Canadian Underwriter

Reinsurers stand their ground

September 7, 2006   by Canadian Underwriter

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Global pricing in the property catastrophe reinsurance market has been significantly influenced by extreme rate peaks in the U.S. and Mexico, which absorbed the majority of the losses from the 2005 storms, according to a recent report published by Guy Carpenter & Company.
The report “The World Catastrophe Reinsure Market: Steep Peaks Overshadow Plateaus” show rate increases in the U.S.and Mexico averaged 76% and 12%, respectively, compared with the 2% increase for the rest of the world.
“One promising development was that reinsurers have been willing to differentiate between loss-impacted areas and those regions where conditions have remained relatively stable,” David Spiller, president and CEO of Guy Carpenter, says. “This is a very positive sign for the future of the global catastrophe reinsurance market.”
Total insured/reinsured losses reached US$83 billion in 2005, with US$72.6 billion of the insured losses occurring in North America about 70% higher than the prior record of US$48 billion in 2004, according to the report.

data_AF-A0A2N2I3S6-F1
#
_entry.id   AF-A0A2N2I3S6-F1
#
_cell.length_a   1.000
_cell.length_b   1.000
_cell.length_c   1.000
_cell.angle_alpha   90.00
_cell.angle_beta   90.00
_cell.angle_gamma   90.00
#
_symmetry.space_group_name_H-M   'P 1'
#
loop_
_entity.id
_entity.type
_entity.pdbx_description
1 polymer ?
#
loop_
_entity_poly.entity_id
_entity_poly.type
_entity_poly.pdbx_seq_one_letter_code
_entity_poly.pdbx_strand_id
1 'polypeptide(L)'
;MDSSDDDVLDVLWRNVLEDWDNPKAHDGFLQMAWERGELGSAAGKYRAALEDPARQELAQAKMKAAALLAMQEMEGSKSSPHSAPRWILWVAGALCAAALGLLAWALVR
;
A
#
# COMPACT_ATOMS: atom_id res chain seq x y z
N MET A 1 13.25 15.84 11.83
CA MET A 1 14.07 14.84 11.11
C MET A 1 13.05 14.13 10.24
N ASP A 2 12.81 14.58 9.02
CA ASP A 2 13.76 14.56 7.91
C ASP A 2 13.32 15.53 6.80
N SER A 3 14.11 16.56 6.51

“This past year saw unusually hard market conditions for a number of cedents, reflecting unprecedented catastrophe losses,” Tim Gardner, managing director and global leader of Guy Carpenter’s Property Specialty Practice, says. “Following the severe 2004 and 2005 hurricane seasons, changes by the modeling firms and the major rating agencies influenced the need for additional capital, which had a major impact on pricing and capacity.”

The report’s key findings include:

*Though ratings downgrades by A.M. Best and Standard & Poor’s were considered unlikely, reinsurers responded by reducing limits in high catastrophe zones and moving exposures via retrocession, sidecars and catastrophe bonds.
*Pricing was highly discriminating in 2006, not only on a country-by-country basis, but also regionally within countries.
*Markets reacted to the general expectation of increases in thefrequency and severity of North Atlantic storm activity, which has the potential to expose coastal regions of the United States, Mexico and the Caribbean to greater and more frequent losses. Accordingly, the major modeling companies revised or re-interpreted their tropical storm models, leading to higher probable maximum losses (PMLs) for cedents at the same return period.
*With the renewal of the Terrorism Risk and Insurance Act (TRIA)in the US for an additional two-year period through 2007, much of the pressure from policyholders and primary insurance companies has been relieved.
The report covers markets in 22 countries and four regions, which together account for more than 90% of the worldwide market for catastrophe reinsurance. In addition to reviewing catastrophe exposures and the availability of catastrophe insurance from private and government sources, the study summarizes respective market conditions in catastrophe reinsurance, taking into account natural catastrophes caused by perils such as typhoons and earthquakes, as well as acts of terrorism.

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